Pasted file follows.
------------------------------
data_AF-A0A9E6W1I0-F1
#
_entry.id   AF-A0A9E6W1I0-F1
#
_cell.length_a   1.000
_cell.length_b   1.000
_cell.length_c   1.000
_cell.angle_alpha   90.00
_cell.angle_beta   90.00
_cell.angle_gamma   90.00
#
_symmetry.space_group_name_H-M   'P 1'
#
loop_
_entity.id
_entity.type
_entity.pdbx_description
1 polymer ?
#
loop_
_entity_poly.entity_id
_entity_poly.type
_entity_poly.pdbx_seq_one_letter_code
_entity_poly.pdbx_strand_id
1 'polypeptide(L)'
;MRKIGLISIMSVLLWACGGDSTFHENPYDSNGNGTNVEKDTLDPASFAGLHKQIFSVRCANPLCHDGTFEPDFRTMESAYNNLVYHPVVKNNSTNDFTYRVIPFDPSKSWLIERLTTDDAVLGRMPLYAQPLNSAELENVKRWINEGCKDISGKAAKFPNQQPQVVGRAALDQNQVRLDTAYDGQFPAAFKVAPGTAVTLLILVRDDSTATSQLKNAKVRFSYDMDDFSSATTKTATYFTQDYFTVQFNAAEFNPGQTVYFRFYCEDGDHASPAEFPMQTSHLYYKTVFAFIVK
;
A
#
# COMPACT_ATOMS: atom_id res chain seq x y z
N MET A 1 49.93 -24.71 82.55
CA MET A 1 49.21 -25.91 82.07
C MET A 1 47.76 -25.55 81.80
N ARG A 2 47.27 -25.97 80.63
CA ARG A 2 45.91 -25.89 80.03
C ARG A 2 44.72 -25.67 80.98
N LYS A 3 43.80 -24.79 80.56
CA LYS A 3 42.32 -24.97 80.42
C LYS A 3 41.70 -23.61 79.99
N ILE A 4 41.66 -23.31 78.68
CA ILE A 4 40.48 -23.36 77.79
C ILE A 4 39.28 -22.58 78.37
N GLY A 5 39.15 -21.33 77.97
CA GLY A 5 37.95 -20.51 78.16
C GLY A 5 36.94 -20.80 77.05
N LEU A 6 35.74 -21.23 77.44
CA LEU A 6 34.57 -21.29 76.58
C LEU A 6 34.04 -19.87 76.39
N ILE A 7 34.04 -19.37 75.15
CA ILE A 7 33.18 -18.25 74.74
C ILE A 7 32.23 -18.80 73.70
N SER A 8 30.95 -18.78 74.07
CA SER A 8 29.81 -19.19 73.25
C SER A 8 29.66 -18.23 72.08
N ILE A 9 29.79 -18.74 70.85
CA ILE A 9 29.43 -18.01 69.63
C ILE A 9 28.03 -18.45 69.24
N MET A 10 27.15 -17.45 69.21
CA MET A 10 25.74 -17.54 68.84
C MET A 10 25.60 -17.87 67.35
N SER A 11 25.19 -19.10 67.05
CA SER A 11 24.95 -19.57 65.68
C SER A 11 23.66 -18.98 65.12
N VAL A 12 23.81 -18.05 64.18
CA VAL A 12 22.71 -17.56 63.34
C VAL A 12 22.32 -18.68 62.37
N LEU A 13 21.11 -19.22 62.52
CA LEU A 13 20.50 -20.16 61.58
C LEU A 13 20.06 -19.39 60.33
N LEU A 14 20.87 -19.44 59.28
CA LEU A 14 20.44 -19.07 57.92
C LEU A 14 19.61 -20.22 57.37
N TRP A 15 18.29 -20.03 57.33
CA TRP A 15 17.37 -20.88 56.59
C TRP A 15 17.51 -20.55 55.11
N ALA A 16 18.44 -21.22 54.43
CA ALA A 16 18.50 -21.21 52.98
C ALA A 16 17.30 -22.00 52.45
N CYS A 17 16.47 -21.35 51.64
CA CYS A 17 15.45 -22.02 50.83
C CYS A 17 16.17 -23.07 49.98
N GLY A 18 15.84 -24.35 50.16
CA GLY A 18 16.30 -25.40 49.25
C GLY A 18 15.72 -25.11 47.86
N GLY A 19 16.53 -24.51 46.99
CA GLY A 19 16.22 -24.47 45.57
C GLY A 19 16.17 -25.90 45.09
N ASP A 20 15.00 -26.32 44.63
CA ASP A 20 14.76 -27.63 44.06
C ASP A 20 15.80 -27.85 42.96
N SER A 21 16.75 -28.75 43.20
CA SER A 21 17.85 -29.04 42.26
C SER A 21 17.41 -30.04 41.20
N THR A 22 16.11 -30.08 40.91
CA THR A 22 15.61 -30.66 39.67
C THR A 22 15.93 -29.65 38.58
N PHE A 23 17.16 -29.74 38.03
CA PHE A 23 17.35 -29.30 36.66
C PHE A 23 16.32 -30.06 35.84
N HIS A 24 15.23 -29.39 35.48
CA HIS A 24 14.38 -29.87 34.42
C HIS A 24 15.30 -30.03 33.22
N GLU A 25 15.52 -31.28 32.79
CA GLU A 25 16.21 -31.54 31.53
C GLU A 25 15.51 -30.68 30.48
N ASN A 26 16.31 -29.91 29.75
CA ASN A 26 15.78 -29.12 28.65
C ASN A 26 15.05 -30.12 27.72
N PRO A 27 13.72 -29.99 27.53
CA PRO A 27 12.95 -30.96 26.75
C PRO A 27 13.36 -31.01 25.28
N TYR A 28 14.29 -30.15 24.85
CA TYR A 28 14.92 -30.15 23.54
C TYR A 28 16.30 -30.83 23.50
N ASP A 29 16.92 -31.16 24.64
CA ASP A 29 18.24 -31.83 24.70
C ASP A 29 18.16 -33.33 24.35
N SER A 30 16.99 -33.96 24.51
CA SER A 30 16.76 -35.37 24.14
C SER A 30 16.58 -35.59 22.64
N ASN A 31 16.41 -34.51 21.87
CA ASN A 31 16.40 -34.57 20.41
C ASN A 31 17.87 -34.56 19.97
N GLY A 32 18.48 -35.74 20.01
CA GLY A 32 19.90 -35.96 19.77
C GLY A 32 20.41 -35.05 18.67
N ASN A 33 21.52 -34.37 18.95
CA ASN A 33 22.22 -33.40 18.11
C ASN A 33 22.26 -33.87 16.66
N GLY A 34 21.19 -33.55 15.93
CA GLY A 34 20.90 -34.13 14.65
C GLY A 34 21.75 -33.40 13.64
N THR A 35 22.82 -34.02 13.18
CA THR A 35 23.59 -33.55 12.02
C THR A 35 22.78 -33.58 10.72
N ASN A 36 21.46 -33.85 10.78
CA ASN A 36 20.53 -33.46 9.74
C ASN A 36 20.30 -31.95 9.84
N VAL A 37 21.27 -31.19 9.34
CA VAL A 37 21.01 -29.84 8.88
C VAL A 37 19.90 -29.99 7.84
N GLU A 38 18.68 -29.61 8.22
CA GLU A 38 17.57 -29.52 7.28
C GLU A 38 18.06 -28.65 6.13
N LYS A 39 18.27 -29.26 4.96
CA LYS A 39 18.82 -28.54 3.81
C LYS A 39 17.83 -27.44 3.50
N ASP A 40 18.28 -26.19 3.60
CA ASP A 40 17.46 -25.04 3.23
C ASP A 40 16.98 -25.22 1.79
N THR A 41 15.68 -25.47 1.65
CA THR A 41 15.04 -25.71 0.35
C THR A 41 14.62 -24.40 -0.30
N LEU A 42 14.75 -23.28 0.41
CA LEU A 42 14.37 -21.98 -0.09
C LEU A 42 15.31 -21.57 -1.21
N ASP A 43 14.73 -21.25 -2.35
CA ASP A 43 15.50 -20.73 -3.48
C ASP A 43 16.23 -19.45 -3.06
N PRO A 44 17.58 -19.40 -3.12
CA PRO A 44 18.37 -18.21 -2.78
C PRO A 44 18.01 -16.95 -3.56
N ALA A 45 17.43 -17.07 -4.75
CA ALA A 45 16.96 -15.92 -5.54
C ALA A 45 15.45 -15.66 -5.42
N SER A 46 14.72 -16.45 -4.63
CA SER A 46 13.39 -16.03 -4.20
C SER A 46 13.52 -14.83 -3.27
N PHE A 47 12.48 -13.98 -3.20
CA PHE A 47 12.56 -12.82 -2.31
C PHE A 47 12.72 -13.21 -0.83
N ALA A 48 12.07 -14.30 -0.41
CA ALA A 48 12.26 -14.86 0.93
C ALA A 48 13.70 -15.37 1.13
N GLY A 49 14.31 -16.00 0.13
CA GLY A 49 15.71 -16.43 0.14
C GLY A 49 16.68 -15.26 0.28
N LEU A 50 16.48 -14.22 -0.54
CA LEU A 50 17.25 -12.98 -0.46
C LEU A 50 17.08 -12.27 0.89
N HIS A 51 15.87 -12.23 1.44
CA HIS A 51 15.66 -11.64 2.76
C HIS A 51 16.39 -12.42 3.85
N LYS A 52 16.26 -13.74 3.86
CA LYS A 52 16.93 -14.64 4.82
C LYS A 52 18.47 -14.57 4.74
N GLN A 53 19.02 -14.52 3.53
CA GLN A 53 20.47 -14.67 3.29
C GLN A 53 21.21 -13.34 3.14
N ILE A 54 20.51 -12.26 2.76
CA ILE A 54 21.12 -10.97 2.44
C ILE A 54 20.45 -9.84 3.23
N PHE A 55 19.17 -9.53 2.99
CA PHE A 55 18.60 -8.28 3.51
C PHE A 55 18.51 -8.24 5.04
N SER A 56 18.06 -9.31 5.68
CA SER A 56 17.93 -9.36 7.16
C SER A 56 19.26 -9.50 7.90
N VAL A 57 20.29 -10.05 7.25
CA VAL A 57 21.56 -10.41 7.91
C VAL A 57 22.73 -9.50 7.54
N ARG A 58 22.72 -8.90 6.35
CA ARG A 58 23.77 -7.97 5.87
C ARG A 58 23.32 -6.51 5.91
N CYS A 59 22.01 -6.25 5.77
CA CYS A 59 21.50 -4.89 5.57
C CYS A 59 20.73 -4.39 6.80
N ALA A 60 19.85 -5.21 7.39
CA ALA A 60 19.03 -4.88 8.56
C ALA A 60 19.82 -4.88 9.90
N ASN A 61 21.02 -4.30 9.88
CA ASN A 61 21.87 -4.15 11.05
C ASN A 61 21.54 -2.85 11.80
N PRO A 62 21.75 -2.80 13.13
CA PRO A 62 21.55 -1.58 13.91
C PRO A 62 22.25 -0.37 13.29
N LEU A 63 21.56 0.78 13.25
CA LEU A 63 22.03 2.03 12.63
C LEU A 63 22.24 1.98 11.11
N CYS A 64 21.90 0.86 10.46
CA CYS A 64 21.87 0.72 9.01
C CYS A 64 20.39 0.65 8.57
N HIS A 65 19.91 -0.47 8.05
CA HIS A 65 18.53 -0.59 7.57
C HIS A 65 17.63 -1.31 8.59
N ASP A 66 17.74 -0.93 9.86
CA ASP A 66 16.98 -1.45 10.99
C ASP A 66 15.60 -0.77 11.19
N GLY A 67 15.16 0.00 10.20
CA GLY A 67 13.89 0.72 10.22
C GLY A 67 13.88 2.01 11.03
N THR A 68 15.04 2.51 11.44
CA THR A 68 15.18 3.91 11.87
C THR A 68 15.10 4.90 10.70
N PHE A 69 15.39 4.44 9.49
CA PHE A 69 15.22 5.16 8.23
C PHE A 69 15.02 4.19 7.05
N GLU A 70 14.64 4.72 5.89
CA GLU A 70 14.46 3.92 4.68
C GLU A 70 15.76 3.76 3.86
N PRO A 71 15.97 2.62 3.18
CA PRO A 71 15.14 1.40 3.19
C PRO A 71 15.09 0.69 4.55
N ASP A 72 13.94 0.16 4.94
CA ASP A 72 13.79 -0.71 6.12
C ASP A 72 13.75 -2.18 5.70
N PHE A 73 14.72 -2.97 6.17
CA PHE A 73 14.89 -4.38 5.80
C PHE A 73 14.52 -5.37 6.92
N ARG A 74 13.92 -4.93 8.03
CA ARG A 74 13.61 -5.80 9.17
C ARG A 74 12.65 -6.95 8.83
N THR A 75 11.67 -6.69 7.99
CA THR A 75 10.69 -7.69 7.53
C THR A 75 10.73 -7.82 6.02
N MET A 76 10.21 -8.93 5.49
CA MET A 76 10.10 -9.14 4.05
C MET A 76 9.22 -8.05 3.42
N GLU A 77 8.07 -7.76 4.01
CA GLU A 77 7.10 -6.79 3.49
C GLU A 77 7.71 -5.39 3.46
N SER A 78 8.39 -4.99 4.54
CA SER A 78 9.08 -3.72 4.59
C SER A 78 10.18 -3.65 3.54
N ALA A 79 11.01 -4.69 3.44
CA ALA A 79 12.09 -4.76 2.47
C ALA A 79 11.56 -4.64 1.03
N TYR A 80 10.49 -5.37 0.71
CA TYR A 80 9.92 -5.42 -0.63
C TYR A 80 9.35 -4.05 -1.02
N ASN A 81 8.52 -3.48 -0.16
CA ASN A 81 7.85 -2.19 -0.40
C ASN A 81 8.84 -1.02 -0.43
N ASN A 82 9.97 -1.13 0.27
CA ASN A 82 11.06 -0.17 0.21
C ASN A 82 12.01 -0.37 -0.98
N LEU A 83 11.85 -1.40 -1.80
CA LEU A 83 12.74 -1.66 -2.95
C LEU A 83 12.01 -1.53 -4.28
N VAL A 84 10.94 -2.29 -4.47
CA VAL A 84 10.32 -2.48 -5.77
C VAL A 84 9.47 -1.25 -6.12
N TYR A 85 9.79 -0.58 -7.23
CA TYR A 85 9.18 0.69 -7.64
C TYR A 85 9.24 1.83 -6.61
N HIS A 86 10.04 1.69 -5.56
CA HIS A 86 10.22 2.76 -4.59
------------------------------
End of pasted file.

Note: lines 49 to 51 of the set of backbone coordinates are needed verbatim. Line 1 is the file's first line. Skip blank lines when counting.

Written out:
N ILE A 7 34.04 -19.37 75.15
CA ILE A 7 33.18 -18.25 74.74
C ILE A 7 32.23 -18.80 73.70